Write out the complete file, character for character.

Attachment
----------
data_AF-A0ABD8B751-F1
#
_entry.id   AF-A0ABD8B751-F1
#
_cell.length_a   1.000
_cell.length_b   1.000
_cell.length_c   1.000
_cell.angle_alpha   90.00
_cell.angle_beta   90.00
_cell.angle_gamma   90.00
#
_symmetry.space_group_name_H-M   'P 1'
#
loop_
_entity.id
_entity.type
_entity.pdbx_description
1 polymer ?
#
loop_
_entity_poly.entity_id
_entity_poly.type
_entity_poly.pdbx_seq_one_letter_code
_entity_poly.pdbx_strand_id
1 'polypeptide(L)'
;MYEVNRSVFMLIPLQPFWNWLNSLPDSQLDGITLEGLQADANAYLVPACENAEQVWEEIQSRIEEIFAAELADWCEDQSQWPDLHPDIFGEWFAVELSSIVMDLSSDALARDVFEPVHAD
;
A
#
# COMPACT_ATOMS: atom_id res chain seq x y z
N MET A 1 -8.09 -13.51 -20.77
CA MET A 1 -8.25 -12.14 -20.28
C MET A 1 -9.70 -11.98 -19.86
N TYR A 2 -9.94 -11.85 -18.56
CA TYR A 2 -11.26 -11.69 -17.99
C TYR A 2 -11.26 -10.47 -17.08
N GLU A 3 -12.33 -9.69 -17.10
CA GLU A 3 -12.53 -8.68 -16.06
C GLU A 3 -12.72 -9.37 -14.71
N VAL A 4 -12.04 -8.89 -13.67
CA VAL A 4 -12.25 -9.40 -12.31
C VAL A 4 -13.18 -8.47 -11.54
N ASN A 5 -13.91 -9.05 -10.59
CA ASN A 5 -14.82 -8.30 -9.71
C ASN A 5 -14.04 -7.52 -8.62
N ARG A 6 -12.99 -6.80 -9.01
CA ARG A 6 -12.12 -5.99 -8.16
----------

data_AF-A0ABD8B751-F1
#
_entry.id   AF-A0ABD8B751-F1
#
_cell.length_a   1.000
_cell.length_b   1.000
_cell.length_c   1.000
_cell.angle_alpha   90.00
_cell.angle_beta   90.00
_cell.angle_gamma   90.00
#
_symmetry.space_group_name_H-M   'P 1'
#
loop_
_entity.id
_entity.type
_entity.pdbx_description
1 polymer ?
#
loop_
_entity_poly.entity_id
_entity_poly.type
_entity_poly.pdbx_seq_one_letter_code
_entity_poly.pdbx_strand_id
1 'polypeptide(L)'
;MYEVNRSVFMLIPLQPFWNWLNSLPDSQLDGITLEGLQADANAYLVPACENAEQVWEEIQSRIEEIFAAELADWCEDQSQWPDLHPDIFGEWFAVELSSIVMDLSSDALARDVFEPVHAD
;
A
#
# COMPACT_ATOMS: atom_id res chain seq x y z
N MET A 1 -8.09 -13.51 -20.77
CA MET A 1 -8.25 -12.14 -20.28
C MET A 1 -9.70 -11.98 -19.86
N TYR A 2 -9.94 -11.85 -18.56
CA TYR A 2 -11.26 -11.69 -17.99
C TYR A 2 -11.26 -10.47 -17.08
N GLU A 3 -12.33 -9.69 -17.10
CA GLU A 3 -12.53 -8.68 -16.06
C GLU A 3 -12.72 -9.37 -14.71
N VAL A 4 -12.04 -8.89 -13.67
CA VAL A 4 -12.25 -9.40 -12.31
C VAL A 4 -13.18 -8.47 -11.54
N ASN A 5 -13.91 -9.05 -10.59
CA ASN A 5 -14.82 -8.30 -9.71
C ASN A 5 -14.04 -7.52 -8.62
N ARG A 6 -12.99 -6.80 -9.01
CA ARG A 6 -12.12 -5.99 -8.16